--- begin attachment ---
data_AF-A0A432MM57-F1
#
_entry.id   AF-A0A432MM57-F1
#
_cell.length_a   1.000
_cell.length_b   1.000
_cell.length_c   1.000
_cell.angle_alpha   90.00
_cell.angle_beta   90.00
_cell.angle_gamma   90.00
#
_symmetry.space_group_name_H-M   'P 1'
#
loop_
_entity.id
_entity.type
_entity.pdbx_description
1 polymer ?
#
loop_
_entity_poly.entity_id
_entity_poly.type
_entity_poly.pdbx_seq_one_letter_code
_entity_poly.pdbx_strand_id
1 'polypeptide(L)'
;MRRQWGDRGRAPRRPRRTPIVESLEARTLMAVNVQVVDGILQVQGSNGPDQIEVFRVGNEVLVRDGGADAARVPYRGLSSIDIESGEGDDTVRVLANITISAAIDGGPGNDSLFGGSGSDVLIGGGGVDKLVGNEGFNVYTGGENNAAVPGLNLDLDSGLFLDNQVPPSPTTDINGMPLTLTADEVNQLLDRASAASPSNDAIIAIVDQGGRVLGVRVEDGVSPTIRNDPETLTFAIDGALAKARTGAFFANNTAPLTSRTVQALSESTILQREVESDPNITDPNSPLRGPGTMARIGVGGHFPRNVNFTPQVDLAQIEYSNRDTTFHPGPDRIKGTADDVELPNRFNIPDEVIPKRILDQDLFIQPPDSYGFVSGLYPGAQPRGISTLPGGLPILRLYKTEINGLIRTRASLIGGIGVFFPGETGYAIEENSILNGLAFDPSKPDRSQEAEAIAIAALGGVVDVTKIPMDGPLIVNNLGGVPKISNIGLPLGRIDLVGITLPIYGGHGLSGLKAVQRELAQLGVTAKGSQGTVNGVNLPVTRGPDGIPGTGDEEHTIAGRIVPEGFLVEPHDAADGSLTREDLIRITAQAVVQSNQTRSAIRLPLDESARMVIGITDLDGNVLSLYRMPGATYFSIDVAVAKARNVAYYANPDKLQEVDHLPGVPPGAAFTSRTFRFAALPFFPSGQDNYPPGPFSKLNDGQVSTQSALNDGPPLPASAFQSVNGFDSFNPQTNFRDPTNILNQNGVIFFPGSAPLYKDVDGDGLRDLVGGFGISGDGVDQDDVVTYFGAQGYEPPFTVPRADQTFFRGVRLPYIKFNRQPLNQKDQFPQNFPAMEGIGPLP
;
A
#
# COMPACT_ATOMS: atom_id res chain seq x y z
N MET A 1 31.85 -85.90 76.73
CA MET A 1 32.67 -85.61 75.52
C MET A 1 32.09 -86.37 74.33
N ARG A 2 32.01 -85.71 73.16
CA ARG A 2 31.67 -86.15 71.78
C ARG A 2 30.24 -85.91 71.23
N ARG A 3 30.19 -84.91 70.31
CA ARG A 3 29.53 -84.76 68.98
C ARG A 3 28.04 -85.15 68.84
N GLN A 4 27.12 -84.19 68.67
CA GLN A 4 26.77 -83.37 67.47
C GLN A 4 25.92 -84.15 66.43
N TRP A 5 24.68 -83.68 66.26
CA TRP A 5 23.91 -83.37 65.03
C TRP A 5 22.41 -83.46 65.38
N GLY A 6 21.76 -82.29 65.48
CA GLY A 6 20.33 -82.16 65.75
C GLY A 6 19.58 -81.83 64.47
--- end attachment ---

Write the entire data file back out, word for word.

data_AF-A0A432MM57-F1
#
_entry.id   AF-A0A432MM57-F1
#
_cell.length_a   1.000
_cell.length_b   1.000
_cell.length_c   1.000
_cell.angle_alpha   90.00
_cell.angle_beta   90.00
_cell.angle_gamma   90.00
#
_symmetry.space_group_name_H-M   'P 1'
#
loop_
_entity.id
_entity.type
_entity.pdbx_description
1 polymer ?
#
loop_
_entity_poly.entity_id
_entity_poly.type
_entity_poly.pdbx_seq_one_letter_code
_entity_poly.pdbx_strand_id
1 'polypeptide(L)'
;MRRQWGDRGRAPRRPRRTPIVESLEARTLMAVNVQVVDGILQVQGSNGPDQIEVFRVGNEVLVRDGGADAARVPYRGLSSIDIESGEGDDTVRVLANITISAAIDGGPGNDSLFGGSGSDVLIGGGGVDKLVGNEGFNVYTGGENNAAVPGLNLDLDSGLFLDNQVPPSPTTDINGMPLTLTADEVNQLLDRASAASPSNDAIIAIVDQGGRVLGVRVEDGVSPTIRNDPETLTFAIDGALAKARTGAFFANNTAPLTSRTVQALSESTILQREVESDPNITDPNSPLRGPGTMARIGVGGHFPRNVNFTPQVDLAQIEYSNRDTTFHPGPDRIKGTADDVELPNRFNIPDEVIPKRILDQDLFIQPPDSYGFVSGLYPGAQPRGISTLPGGLPILRLYKTEINGLIRTRASLIGGIGVFFPGETGYAIEENSILNGLAFDPSKPDRSQEAEAIAIAALGGVVDVTKIPMDGPLIVNNLGGVPKISNIGLPLGRIDLVGITLPIYGGHGLSGLKAVQRELAQLGVTAKGSQGTVNGVNLPVTRGPDGIPGTGDEEHTIAGRIVPEGFLVEPHDAADGSLTREDLIRITAQAVVQSNQTRSAIRLPLDESARMVIGITDLDGNVLSLYRMPGATYFSIDVAVAKARNVAYYANPDKLQEVDHLPGVPPGAAFTSRTFRFAALPFFPSGQDNYPPGPFSKLNDGQVSTQSALNDGPPLPASAFQSVNGFDSFNPQTNFRDPTNILNQNGVIFFPGSAPLYKDVDGDGLRDLVGGFGISGDGVDQDDVVTYFGAQGYEPPFTVPRADQTFFRGVRLPYIKFNRQPLNQKDQFPQNFPAMEGIGPLP
;
A
#
# COMPACT_ATOMS: atom_id res chain seq x y z
N MET A 1 31.85 -85.90 76.73
CA MET A 1 32.67 -85.61 75.52
C MET A 1 32.09 -86.37 74.33
N ARG A 2 32.01 -85.71 73.16
CA ARG A 2 31.67 -86.15 71.78
C ARG A 2 30.24 -85.91 71.23
N ARG A 3 30.19 -84.91 70.31
CA ARG A 3 29.53 -84.76 68.98
C ARG A 3 28.04 -85.15 68.84
N GLN A 4 27.12 -84.19 68.67
CA GLN A 4 26.77 -83.37 67.47
C GLN A 4 25.92 -84.15 66.43
N TRP A 5 24.68 -83.68 66.26
CA TRP A 5 23.91 -83.37 65.03
C TRP A 5 22.41 -83.46 65.38
N GLY A 6 21.76 -82.29 65.48
CA GLY A 6 20.33 -82.16 65.75
C GLY A 6 19.58 -81.83 64.47